Anyone who walks to a grocery store, is not going to buy much. Even if someone walks on a daily basis, they are most unlikely to be able to carry their groceries very far. Although it is nice to have a corner store which carries items you may have run out of or suddenly didn't know you may need, it is a luxury in this day and age. Yes, it is nice to have and I do believe the staff were exceptionally pleasant and they carried items hard to find elsewhere, but it is nonetheless a luxury to have a full grocery store in any neighborhood. These are going the way of the milk delivery, past memories.


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Posted by Mike
a resident of College Terrace
on Nov 15, 2007 at 10:09 am

CT does have grocery store access. What's lost in the JJ departure is a community-friendly business (they've made MANY contributions to schools, neghbors, and adjoining businesses (for instance, they let Common Ground use their forklift).

I would disagree about TJ's pricing - in fact, their prices are *lower* on most items. I shop in both places, and know this for a fact. TJ's will take business from Mollie's, Country Sun, and Whole Foods.

Compare prices on things like fruit, nuts, canned goods, frozen items, alcoholic beverages, dairy, condiments, cereals, flowers, etc. - TJ's lower in all these areas - in general.

Still, I prefer JJ's, but that's moot at this point.


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Posted by CJ
a resident of College Terrace
on Nov 15, 2007 at 11:52 am

There are a lot of graduate students and families in Escondido Village who frequent JJ&F, many who do not have cars. And College Terrace does have a lot of people who walk to JJ&F as well. So that is truly convenient for them.

I've been shopping there for nearly 50 years, and the people are wonderful. To have a family store and a small town feel is truly special. I hope they will come back, I really, really do.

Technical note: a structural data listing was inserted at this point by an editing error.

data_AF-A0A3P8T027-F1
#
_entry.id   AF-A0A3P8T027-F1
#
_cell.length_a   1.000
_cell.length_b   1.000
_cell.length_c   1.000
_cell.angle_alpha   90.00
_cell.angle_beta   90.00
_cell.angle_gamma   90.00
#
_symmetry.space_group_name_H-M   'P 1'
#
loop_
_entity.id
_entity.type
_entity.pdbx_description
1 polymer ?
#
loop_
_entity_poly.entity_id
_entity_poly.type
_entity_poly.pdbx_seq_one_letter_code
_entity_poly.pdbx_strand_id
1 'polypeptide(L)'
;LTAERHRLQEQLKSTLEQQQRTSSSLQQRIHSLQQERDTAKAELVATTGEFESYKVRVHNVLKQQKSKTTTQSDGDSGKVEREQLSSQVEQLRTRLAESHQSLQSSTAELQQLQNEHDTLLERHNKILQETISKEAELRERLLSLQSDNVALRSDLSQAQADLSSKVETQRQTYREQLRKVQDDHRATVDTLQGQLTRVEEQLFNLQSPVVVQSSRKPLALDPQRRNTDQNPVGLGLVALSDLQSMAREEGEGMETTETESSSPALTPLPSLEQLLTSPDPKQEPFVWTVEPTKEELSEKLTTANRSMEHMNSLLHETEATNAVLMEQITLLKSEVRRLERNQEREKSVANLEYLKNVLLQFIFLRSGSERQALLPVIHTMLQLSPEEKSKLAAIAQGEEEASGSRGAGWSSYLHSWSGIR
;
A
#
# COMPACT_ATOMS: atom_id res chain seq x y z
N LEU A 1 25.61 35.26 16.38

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Posted by Observer
a resident of Another Palo Alto neighborhood
on Nov 15, 2007 at 12:53 pm

Someone wrote:
--
There are a lot of graduate students and families
in Escondido Village who frequent JJ&F
--

Perhaps it's time for Stanford to build a small shopping center on campus so that its on-campus residents don't have to travel great distances for food and other commodities.


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Posted by PA Dad
a resident of College Terrace
on Nov 15, 2007 at 1:03 pm

I read the article to say that there WILL be a grocery store there whatever the case -- the question is whether it will be occupied by JJ&F or not. As a supporter of locally owned businesses, I hope JJ's will be able to stay. But I also think the store they have now is really run down and showing its age. I'd love for JJ's to be bigger, brighter and offer a wider range of fresh and organic produce. Given the choice, I'm not sure whether I'd prefer the same old store run by nice people or a new and improved store run by whomever else. After all, offering local residents an improved shopping experience -- which is what I'm hoping the new store will represent -- is a community service, too.

I'm crossing my fingers, though, for a great new store that will still be owned by great, community minded people.



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Posted by need more than crossing fingers
a resident of College Terrace
on Nov 16, 2007 at 12:08 am

Here's the deal -- JJ&F would have to close for 12-18 months while the new store is built. How could they survive that?